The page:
The removal of Helen (at the top of the image) and the landing of the Greeks under the walls of Troy (below), by Vincentius Bellovacensis, illumination from the book Speculum historiale, France, XV century.

There are hundreds more out there. You will find if you really want to.

Yup, what to do with Homer and the "antiquity" issue?

Homer's Illiad was allegedly written in the 8th century BC, and partly survived through oral tradition. In its full form the text made its return to Italy and Western Europe beginning in the 15th century. Venetus A, copied in the 10th century AD, is the oldest fully extant manuscript of the Iliad. The first edition of the "Iliad", edited by Demetrius Chalcondyles and published by Bernardus Nerlius, and Demetrius Damilas in Florence in 1488/89

"Taken as a whole, medieval monks and clerics were probably the most prolific forgers of all time. For centuries they controlled access to official documents, placing them in a perfect position to alter or forge those documents, should they so desire. And judging by the volume of their output, they evidently did so desire. What's more, their superiors could be counted on to overlook, or even approve, any textual inventions that benefitted the Church.
Papal bulls were a frequent object of forgery. In one notorious case, a count of Armagnac bribed a papal official to produce a fake papal bull allowing him to marry his sister. Letters, church histories, lives of saints, and deeds to land were other common creations of clerical forgers.
Almost all of these forgeries went undetected for centuries until the revival of historical scholarship that began during the Renaissance. As the vast scope of the deception gradually became evident, some scholars began to wonder whether there were any medieval church documents whose authenticity could be trusted. In 1675 the Jesuit scholar Daniel van Papenbroeck published his conclusion that all ancient deeds were falsifications created by eleventh-century monks. His announcement brought the wrath of the Church down upon him, and a few years later he humbly begged forgiveness for his doubt. Another seventeenth-century scholar, Jean Hardouin, became convinced that the majority of classical Greek and Roman literature, as well as all extant Greek and Roman coins, had actually been forged by medieval Benedictine monks. Hardouin declared that when he died he would he would leave behind a scrap of paper on which was written the reason why the monks had committed this forgery. Unfortunately, Hardouin's mysterious scrap of paper was never found." - Source
Faking the history
But certainly these are not the ruins of that Ilium, which was destroyed by the Grecians, but another one of the same name. Th reader is clearly being guided in the desired direction. This is how long long time ago they started to introduce the antiquity concept. In my opinion of course.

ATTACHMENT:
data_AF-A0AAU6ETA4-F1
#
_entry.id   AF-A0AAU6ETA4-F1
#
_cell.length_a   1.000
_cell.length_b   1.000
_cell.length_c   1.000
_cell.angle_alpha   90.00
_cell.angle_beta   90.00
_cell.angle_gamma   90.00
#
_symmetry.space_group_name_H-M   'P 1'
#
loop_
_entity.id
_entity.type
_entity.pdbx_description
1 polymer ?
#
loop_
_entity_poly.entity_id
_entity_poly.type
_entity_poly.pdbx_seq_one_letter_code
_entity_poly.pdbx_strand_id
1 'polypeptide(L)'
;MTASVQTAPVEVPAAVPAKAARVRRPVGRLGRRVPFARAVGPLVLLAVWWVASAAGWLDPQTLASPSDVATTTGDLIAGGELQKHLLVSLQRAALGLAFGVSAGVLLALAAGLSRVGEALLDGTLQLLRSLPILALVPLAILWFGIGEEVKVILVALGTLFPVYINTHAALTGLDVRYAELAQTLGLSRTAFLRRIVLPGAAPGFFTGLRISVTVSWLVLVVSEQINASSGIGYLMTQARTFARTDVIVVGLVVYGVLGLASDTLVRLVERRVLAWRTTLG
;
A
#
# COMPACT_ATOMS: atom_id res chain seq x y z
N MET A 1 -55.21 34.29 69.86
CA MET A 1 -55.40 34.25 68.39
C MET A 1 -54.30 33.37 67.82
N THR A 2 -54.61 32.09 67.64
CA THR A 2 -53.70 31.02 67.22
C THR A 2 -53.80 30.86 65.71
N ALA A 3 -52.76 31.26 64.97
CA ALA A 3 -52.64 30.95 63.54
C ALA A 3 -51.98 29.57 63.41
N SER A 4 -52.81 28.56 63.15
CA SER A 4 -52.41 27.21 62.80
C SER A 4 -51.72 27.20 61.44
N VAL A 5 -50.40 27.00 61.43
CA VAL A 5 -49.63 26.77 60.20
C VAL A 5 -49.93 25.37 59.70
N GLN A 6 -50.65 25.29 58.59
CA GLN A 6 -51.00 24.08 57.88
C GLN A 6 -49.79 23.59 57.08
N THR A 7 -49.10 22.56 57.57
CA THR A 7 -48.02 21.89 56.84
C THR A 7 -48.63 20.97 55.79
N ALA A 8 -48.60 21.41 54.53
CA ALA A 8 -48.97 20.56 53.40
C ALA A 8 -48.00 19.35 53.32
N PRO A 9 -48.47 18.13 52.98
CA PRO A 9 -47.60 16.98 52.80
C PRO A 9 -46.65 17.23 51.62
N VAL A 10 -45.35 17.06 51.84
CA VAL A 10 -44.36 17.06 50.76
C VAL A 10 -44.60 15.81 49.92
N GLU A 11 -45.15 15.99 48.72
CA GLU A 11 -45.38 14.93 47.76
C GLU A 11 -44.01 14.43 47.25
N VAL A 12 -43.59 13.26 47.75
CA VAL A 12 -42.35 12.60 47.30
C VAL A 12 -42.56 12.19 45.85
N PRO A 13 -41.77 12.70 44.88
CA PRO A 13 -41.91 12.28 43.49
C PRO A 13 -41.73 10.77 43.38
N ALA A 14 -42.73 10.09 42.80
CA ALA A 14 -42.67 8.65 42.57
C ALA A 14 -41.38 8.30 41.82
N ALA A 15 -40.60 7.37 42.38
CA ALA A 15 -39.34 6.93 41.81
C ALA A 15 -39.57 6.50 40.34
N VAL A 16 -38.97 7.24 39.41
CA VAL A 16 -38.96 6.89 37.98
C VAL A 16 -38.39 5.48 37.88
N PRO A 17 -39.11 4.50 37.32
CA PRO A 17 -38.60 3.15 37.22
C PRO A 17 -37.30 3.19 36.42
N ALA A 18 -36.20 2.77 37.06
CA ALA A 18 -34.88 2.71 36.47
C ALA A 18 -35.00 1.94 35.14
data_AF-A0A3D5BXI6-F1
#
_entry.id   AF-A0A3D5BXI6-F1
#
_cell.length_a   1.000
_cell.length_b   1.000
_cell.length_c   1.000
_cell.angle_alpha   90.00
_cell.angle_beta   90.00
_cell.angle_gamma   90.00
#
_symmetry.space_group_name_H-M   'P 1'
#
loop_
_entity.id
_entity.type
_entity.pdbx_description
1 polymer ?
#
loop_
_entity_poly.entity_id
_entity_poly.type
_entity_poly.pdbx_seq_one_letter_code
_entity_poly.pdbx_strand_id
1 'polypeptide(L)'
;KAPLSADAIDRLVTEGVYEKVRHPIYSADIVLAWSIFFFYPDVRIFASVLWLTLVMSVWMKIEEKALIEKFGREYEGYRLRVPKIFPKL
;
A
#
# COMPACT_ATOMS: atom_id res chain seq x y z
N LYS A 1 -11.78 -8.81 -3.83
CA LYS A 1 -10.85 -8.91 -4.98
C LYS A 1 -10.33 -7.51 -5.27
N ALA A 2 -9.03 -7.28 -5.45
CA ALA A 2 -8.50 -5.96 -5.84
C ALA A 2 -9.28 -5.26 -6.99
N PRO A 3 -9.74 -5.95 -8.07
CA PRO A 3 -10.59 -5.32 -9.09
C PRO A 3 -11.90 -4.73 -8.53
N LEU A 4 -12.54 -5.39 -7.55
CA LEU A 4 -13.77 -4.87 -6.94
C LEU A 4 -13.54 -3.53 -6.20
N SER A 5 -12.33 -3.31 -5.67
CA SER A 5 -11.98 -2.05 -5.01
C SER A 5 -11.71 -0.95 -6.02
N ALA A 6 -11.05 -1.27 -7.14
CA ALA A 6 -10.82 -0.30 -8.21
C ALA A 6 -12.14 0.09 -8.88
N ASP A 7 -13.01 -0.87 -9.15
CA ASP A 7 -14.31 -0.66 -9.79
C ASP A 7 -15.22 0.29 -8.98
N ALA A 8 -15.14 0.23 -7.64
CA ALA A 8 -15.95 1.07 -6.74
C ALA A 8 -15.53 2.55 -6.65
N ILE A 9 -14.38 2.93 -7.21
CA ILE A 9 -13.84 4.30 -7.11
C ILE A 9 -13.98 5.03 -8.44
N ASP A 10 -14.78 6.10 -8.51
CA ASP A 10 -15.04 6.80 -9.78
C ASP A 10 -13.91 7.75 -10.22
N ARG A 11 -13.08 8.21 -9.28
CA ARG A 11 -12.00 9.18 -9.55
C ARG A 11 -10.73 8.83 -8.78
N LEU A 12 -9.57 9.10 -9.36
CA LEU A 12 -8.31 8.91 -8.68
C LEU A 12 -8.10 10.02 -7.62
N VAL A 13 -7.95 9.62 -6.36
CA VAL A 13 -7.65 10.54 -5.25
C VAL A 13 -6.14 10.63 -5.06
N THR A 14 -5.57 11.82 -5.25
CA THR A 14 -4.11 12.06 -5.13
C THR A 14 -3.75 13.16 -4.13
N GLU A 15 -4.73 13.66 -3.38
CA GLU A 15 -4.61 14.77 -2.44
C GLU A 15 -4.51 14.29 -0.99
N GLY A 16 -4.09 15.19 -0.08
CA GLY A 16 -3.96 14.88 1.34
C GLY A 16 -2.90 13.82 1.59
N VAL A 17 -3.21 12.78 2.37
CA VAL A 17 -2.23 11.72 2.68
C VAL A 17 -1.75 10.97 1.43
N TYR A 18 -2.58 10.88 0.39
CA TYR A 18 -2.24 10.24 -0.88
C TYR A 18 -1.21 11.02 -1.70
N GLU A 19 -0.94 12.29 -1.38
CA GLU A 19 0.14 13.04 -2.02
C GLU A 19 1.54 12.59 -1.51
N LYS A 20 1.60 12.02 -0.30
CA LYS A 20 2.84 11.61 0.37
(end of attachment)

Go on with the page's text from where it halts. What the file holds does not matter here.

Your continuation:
This book was supposed to be made in 1625. That I seriously doubt.


The above passage reminded me of the 1816: Year Without Summer article. In a similar manner the reader was instructed on what they were supposed to believe.


Anyways, we have what we have. You are welcome to make your own conclusions what all of the above could mean.

If there is something you have to say on the issue, please feel free to share.
Daniel Van Heil painted many scenes of Troy burning, almost like a war photographer.



From wiki: Daniel van Heil or Daniël van Heil (1604–1664), was a Flemish Baroque landscape painter. He specialized in three types of landscapes: scenes with fire, landscapes with ruins and winter landscapes.
This "city" can fit 45 Anatolian "troys" within its walls. the coliseum of Rome can sit on one of its walls.
Troys walls were heaped up not stone.

Daniel Van Heil painted many scenes of Troy burning, almost like a war photographer.
Isn't it interesting how flammable those stone structures were? Well, may be we are simply trained to think that they could burn that easy?
This "city" can fit 45 Anatolian "troys" within its walls.
I am not sure if having a sea nearby would be a requirement for Troy. From what we know it sounds like it should be. Yet, this Corneşti-Iarcuri does deserve a look, imho. A brief look at the 17th century maps of the area suggests that it's not as old as claim.
iarcuri is called "romer schanze" which means roman walls on 17th century maps. as a community [little village in old centre of city] its called schaden and zsdany which means walls or destroyed walls.
but if you look closely you can see the roman wall is built over the wall of iarcuri.
Could you please elaborate on what this Corneşti-Iarcuri has to do with Troy? Pretty sure I missed something.
these mega forts [many] are freaking out science because they WERE attacked by greeks even maybe with the first ever example of catapults [unless they had giants slinging huge clay balls]. and by the pottery the inhabitants from iarcuri went off to inhabit the troy in turkey after its collapse.